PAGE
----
Boosting hose output

Reply

  #1  
Old 05-07-03, 10:33 AM
dsiegris
Visiting Guest
Posts: n/a
Unhappy Boosting hose output

I recently tried to hook up three hoses end to end to water my back yard. The sprinkler was only able to spray about 2-3 feet in the air. Is this due to the three hoses? When I had a single hose the the pressure seemed OK. What can I do to get the pressure back there? I have taken over a yard from previous owners that must have like moles and grubs. The yard is a disgrace.
Hoping for some plumbing insight,
Dan
 
Sponsored Links
  #2  
Old 05-07-03, 10:50 AM
Mike Swearingen's Avatar
Banned. Rule And/Or Policy Violation
Join Date: Dec 1999
Location: Northeastern NC On The Albemarle Sound
Posts: 10,952
Received 0 Votes on 0 Posts
Cool

Yes, you can loose water pressure over distance and elevation.
Are you on a well or public water?
Mike
 
  #3  
Old 05-07-03, 01:23 PM
dsiegris
Visiting Guest
Posts: n/a
Question Low hose pressure

I am on a city sewer and water line. My house is 60 years old, but the cold water has few repairs in it. The hot is a completely different situation. Don't get me going on that. The plumbing is the original steel pipes. The water co. was out last week for an unrelated problem, and told me that the cold looked original.

Let me know if you need other information.
Dan
 
  #4  
Old 05-07-03, 01:51 PM
Mike Swearingen's Avatar
Banned. Rule And/Or Policy Violation
Join Date: Dec 1999
Location: Northeastern NC On The Albemarle Sound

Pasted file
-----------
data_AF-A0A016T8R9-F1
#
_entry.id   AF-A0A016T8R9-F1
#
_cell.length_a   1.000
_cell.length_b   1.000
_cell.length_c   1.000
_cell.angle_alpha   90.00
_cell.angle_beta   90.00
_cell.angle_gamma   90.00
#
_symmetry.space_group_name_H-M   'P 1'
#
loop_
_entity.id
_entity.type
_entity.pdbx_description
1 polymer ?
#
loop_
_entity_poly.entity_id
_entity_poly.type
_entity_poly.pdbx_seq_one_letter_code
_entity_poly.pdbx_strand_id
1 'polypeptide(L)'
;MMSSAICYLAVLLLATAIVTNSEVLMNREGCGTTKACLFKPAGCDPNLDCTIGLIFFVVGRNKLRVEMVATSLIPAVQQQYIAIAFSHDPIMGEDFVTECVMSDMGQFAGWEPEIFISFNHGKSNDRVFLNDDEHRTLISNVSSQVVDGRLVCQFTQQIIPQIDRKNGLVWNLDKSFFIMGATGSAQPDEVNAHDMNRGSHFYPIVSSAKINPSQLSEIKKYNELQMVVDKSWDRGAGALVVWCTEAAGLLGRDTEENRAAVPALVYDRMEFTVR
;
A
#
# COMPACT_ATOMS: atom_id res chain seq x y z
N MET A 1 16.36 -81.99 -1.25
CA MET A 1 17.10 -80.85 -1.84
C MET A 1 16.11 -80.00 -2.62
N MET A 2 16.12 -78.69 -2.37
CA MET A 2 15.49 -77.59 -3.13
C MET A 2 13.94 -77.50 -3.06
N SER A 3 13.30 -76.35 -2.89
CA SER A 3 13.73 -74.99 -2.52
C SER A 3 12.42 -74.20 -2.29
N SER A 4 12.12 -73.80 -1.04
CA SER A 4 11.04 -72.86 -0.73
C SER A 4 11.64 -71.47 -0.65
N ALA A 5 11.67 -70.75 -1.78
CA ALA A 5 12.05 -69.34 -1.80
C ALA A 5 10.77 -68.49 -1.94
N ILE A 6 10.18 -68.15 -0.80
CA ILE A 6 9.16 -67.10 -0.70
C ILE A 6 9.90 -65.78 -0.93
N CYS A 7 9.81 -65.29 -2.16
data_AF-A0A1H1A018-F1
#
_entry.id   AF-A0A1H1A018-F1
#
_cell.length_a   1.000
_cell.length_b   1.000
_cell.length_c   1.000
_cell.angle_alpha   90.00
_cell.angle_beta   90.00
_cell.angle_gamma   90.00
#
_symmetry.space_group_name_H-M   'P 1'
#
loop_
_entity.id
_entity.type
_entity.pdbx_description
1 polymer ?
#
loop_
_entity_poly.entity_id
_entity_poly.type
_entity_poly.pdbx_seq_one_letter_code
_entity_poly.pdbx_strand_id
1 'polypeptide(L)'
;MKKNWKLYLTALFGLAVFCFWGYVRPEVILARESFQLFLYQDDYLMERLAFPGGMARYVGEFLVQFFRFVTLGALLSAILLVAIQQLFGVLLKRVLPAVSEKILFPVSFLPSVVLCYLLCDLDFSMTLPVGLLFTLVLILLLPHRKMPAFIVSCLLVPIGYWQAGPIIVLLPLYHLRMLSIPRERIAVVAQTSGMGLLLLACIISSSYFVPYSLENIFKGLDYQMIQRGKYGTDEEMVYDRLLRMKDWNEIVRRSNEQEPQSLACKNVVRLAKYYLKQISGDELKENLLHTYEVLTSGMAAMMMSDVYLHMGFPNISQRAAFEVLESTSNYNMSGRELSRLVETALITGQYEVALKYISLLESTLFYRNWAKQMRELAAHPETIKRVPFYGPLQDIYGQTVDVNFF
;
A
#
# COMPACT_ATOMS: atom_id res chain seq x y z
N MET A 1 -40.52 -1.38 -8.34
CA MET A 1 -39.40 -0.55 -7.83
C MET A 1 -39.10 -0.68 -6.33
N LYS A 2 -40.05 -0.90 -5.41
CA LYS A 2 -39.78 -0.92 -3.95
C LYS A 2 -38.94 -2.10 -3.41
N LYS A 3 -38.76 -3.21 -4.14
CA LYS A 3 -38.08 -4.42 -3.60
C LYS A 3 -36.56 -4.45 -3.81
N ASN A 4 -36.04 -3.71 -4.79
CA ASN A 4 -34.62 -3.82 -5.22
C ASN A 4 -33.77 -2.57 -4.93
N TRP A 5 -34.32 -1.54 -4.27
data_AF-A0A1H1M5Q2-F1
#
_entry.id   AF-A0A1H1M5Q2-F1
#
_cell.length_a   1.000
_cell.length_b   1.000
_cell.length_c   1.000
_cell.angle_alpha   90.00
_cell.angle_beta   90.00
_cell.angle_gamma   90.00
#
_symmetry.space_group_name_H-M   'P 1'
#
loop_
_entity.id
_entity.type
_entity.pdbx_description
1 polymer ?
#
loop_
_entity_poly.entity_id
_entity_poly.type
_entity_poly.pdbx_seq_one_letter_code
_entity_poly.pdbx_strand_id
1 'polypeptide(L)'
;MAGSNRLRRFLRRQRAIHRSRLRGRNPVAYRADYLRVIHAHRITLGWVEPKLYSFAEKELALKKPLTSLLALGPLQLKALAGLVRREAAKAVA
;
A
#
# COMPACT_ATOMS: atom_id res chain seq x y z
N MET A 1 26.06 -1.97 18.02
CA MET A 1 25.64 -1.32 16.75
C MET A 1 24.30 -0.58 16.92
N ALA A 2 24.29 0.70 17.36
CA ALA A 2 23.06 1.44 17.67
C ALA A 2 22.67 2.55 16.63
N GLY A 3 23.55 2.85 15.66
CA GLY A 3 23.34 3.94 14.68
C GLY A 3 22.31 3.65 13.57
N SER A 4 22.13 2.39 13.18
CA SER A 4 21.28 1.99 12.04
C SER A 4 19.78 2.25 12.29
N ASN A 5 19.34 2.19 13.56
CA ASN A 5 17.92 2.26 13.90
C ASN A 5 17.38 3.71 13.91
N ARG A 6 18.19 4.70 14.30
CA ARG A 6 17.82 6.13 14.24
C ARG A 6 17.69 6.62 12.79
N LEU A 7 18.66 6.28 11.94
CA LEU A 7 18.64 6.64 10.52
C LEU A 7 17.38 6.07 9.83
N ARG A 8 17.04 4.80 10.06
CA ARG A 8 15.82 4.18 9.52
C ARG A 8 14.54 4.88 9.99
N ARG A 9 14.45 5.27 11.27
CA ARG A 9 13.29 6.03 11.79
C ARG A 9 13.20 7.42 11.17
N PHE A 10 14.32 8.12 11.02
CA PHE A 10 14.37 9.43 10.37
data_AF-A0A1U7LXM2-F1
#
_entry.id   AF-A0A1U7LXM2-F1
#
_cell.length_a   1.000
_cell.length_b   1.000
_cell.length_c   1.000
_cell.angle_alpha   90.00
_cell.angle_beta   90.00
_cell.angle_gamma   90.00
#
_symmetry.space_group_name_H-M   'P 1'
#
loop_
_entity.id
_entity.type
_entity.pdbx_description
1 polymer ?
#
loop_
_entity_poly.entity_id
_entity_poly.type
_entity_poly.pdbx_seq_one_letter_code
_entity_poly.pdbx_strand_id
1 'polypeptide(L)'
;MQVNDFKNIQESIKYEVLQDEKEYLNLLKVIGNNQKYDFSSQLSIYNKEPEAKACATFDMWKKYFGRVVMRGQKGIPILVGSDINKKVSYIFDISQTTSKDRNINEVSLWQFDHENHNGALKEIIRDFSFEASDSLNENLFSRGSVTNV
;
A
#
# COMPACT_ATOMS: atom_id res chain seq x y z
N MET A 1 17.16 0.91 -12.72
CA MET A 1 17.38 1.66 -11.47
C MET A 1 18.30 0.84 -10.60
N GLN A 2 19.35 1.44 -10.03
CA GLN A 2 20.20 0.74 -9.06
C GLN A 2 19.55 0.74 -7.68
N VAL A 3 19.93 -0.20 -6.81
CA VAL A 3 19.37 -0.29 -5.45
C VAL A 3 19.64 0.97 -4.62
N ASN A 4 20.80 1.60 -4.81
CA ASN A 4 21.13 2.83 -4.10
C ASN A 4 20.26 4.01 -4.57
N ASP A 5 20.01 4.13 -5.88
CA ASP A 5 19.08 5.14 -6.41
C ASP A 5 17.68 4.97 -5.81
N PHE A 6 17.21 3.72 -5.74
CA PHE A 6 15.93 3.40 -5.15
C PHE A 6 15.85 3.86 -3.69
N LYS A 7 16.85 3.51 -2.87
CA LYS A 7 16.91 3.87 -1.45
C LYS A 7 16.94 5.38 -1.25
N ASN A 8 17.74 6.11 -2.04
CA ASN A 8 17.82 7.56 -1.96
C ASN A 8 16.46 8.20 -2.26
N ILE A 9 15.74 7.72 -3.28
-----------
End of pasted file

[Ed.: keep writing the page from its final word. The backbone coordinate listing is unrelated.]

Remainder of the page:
Posts: 10,952
Received 0 Votes on 0 Posts
Cool

If you have 60-year-old galvanized pipes, your water pressure is going to be restricted and will continue to deteriorate.
Galvanized is notorious for scaling up inside until it eventually plugs up completely.
Unfortunately, it sounds like you're about due for a re-plumbing project. The normal "useful life" of galvanized is about 40 years, but as you can see, it can last much longer, but only so long.
If you DIY, start nearest your fixtures where the galvanized tends to plug up first, and work your way back out to the meter.
Check with your Building Inspection Department for local plumbing code, permit and inspection requirements, which can vary from place to place.
You have a number of piping options when replumbing. Some are easier and less expensive than others, such as CPVC plastic.
Good Luck!
Mike
 
  #5  
Old 05-07-03, 07:13 PM
dsiegris
Visiting Guest
Posts: n/a
Question cpvc

I have been stocking up to rerun all of the hot water pipes in my house. I currently have all the CPVC and a cutter to do that. I have most of the fittings, just waiting for a good day to go through and redo them. The entire house is currently run with 1/2-inch. I am planning to redo all with 3/4-inch. Will this boost my output, too? How long can I expect CPVC to last without problems?